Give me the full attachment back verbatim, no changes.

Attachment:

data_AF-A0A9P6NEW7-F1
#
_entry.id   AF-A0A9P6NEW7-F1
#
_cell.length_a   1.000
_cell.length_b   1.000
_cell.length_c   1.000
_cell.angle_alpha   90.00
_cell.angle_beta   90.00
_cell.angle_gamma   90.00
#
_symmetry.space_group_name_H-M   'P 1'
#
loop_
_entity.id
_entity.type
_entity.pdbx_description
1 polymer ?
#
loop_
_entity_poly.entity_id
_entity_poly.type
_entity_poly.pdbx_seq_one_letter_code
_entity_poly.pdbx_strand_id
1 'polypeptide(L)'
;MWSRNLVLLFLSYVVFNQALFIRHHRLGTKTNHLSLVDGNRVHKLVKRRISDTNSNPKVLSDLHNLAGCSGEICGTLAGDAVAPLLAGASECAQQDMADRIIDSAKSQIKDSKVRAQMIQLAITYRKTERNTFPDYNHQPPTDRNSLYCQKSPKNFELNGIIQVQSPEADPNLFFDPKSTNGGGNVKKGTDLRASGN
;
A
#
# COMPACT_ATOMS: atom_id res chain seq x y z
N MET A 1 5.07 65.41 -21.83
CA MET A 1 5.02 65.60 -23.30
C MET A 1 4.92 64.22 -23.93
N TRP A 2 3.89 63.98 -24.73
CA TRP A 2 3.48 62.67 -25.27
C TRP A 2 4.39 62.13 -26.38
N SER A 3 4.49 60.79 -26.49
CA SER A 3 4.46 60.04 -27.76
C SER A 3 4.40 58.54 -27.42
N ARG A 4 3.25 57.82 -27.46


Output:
data_AF-A0A9P6NEW7-F1
#
_entry.id   AF-A0A9P6NEW7-F1
#
_cell.length_a   1.000
_cell.length_b   1.000
_cell.length_c   1.000
_cell.angle_alpha   90.00
_cell.angle_beta   90.00
_cell.angle_gamma   90.00
#
_symmetry.space_group_name_H-M   'P 1'
#
loop_
_entity.id
_entity.type
_entity.pdbx_description
1 polymer ?
#
loop_
_entity_poly.entity_id
_entity_poly.type
_entity_poly.pdbx_seq_one_letter_code
_entity_poly.pdbx_strand_id
1 'polypeptide(L)'
;MWSRNLVLLFLSYVVFNQALFIRHHRLGTKTNHLSLVDGNRVHKLVKRRISDTNSNPKVLSDLHNLAGCSGEICGTLAGDAVAPLLAGASECAQQDMADRIIDSAKSQIKDSKVRAQMIQLAITYRKTERNTFPDYNHQPPTDRNSLYCQKSPKNFELNGIIQVQSPEADPNLFFDPKSTNGGGNVKKGTDLRASGN
;
A
#
# COMPACT_ATOMS: atom_id res chain seq x y z
N MET A 1 5.07 65.41 -21.83
CA MET A 1 5.02 65.60 -23.30
C MET A 1 4.92 64.22 -23.93
N TRP A 2 3.89 63.98 -24.73
CA TRP A 2 3.48 62.67 -25.27
C TRP A 2 4.39 62.13 -26.38
N SER A 3 4.49 60.79 -26.49
CA SER A 3 4.46 60.04 -27.76
C SER A 3 4.40 58.54 -27.42
N ARG A 4 3.25 57.82 -27.46